Finding the Missing Link of Leadership
You’re great at doing but are you great at connecting? I’m still blown away by Henry Mintzberg’s one word of advice, “Connect.”
Business stresses and people tensions result in unhappy, disengaged staff unless leaders model and encourage connecting. Meaningful relationships break the grip of distrust, disengagement, and fear.
Connecting with others is the secret to success
in business and happiness in life.
Continue being great at getting the job done and add connecting to your leadership skills.
Great success requires great connecting. If you can succeed without out others you aren’t going very far.
You can’t lead people you don’t know and understand.
- Believe connecting is good for business, others, and you. You can’t fake it. Techniques without authenticity create fakers who aren’t trusted and often end tragically.
- Go to others; don’t wait for them to come to you. Leaders move first.
- Be fully present. Give the gift of yourself.
- Engage in small talk. Avoid being so focused on tasks that you ignore people.
- Give yourself first. Model the type of conversations you’re encouraging in the office.
- Acknowledge emotional states but avoid subtle put downs. “You seem happy today, what happened.” For example. You might privately say, “You’ve seemed down lately are you okay?”
- Listen with your eyes. If eye contact is uncomfortable focus on the forehead.
- Listen with your body. Relax your stance to avoid a, “I have to get going message.” Sit if you can.
- Show appreciation to everyone regardless of status.
Suggestions from Facebook contributors:
- Communicate the good and the bad.
- Put people first.
- Be yourself.
- Share without concern for the gain.
- Show compassion.
- Have empathy.
See the list of suggestions from Facebook contributors: Leadership Freak Coffee Shop.
How can leaders connect with colleagues, superiors, or subordinates?
Hello Dan, I agree that, “Business stresses and people tensions result in unhappy, disengaged staff unless leaders model and encourage connecting. Meaningful relationships break the grip of distrust, disengagement, and fear,” however doing it is the hard part.
Do we presume that everyone who is a leader or manager is capable or even willing to build meaningful relationships?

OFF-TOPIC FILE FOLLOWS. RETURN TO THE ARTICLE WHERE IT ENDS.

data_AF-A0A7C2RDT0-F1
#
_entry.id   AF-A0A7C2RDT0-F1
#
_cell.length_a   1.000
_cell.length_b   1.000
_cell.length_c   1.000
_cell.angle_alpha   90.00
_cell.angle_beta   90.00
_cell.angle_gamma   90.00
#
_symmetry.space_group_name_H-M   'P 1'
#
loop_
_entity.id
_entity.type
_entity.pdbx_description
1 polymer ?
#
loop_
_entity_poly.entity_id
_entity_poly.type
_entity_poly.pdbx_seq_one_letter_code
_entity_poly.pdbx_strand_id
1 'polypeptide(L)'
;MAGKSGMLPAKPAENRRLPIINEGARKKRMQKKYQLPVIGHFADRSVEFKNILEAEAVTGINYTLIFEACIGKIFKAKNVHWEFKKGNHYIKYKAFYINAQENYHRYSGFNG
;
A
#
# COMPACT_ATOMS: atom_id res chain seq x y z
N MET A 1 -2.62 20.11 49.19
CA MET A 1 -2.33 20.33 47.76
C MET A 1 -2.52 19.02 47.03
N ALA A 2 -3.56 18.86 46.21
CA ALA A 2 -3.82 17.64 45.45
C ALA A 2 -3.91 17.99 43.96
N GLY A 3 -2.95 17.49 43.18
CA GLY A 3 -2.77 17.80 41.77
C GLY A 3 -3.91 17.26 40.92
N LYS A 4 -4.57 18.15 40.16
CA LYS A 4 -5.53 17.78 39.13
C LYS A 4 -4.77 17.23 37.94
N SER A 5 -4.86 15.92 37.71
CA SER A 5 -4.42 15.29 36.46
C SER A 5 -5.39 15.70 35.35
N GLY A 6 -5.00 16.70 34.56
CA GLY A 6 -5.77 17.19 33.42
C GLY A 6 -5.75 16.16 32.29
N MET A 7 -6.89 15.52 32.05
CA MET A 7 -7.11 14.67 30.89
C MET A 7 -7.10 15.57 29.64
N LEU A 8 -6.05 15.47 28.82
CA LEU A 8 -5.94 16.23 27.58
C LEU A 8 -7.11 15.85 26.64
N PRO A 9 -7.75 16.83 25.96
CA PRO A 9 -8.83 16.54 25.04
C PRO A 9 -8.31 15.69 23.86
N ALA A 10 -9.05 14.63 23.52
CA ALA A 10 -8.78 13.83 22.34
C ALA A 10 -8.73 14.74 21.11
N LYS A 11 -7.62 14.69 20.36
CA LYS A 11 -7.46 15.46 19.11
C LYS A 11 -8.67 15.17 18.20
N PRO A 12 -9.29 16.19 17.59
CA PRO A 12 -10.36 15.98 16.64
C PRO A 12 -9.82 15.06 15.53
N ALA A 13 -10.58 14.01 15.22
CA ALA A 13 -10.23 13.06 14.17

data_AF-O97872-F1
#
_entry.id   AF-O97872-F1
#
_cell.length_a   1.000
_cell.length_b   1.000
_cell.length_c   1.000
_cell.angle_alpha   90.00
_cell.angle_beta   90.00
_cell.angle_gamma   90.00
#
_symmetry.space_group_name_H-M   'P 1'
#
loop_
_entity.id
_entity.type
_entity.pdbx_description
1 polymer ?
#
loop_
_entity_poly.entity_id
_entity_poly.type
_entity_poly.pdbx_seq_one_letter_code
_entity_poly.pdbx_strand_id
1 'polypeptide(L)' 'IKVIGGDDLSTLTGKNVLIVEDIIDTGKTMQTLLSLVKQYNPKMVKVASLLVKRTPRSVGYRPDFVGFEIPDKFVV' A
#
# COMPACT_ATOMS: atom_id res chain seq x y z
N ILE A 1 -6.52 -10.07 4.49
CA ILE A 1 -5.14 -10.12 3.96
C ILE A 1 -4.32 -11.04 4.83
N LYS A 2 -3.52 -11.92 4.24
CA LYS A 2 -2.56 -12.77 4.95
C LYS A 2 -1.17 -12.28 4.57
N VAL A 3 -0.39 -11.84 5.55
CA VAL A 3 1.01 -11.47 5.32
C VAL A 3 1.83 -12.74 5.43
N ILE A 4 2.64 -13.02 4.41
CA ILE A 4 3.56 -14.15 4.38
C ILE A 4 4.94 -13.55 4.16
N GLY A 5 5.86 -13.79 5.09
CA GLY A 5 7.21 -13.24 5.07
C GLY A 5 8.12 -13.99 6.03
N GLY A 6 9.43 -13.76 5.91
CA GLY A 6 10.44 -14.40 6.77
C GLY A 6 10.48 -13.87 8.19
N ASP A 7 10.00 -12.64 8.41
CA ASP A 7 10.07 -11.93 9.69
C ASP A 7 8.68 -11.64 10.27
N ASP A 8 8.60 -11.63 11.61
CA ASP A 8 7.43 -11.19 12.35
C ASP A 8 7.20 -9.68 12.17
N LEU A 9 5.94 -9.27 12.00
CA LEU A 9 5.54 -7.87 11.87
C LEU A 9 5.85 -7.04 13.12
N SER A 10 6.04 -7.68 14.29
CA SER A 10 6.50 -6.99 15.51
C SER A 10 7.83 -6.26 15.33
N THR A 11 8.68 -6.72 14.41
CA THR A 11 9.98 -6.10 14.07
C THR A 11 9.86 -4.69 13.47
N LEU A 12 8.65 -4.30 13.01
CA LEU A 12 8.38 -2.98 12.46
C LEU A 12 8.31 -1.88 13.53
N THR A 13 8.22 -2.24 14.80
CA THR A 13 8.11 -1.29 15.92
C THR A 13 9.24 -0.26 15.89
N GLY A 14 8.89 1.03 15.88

If we want our leaders to do such things as actually be effective at leading we need to hire leaders who are predisposed to behave that way.
Great contribution. Hire people who can both do and connect. Thank you
Great post, Dan. You have described the perfect leader. It is something for all of us to aspire to. A tall order.
I know of a man who passed away this last year. He was an executive in the Kroger Company. I didn’t work for him, but I know a lot of people who did. He spoke to every person in every department on a regular basis.
I was his child’s teacher years ago. To everyone he was present. How are you? What is going on in your life? What can I do to help you? He was approachable in every way.
His name was Don Becker. When he died they had to hold his memorial service in the convention center to accommodate all the people he touched in a positive way.
Your post made me remember Don Becker today.
I always enjoy your contribution. This story really speaks! Thanks
Interesting that we call it ‘small talk’ when that may just be the linchpin of connecting. The small talk provides the potential foundation for you to get to know and if applied, understand, those with whom you spend about one third of your life.
I’m terrible at small talk. I think because I don’t like sharing my life. I enjoy listening but sharing is harder. Thanks for highlighting the small talk point. Small talk is a big thing.
I’m also a bit of an introvert, but thanks to “small” leadership roles I’ve had in the past, I learned how to be more sociable. Made a big difference in my network!
agreed, stop what you are doing, give them your attention.
I used to have a boss who used to check voice mail when I went to talk to him. Total jerk. I used to just leave. Wonder why he was uninformed.
Relationship before partnership has always served me well.
Liked the post and the concise message of ‘connectivity to succeed’. Own competency is one part and it is absolutely required but one needs to take the help of others for sustaining success and achieving higher goals.
The best way to get connected with superiors, colleagues and subordinates is to remain in their close touch through communication and action. You need to be honest, clear and polite while seeking support of the seniors; with colleagues you can be very supportive and ready to help and be part of a team; while with subordinates you need to be much caring and respect them for their individual and collective efforts with the required encouragement and guidance.
I appreciate the simple practical tips of Henry Mintzberg and your sharing iT with LF Community.
Hi Dan, we keep hiring and/or promoting the best talkers and then bemoan these world class talkers talk rather than listen; we need to stop doing that.
Points 1 to 5 are highly valid for Social Media as well. Regarding Point 7, don’t you think looking at someone’s forehead could be even more uncomfortable for one or other party. Maybe if eye-contact is uncomfortable, then this is something you should be working on to resolve and overcome?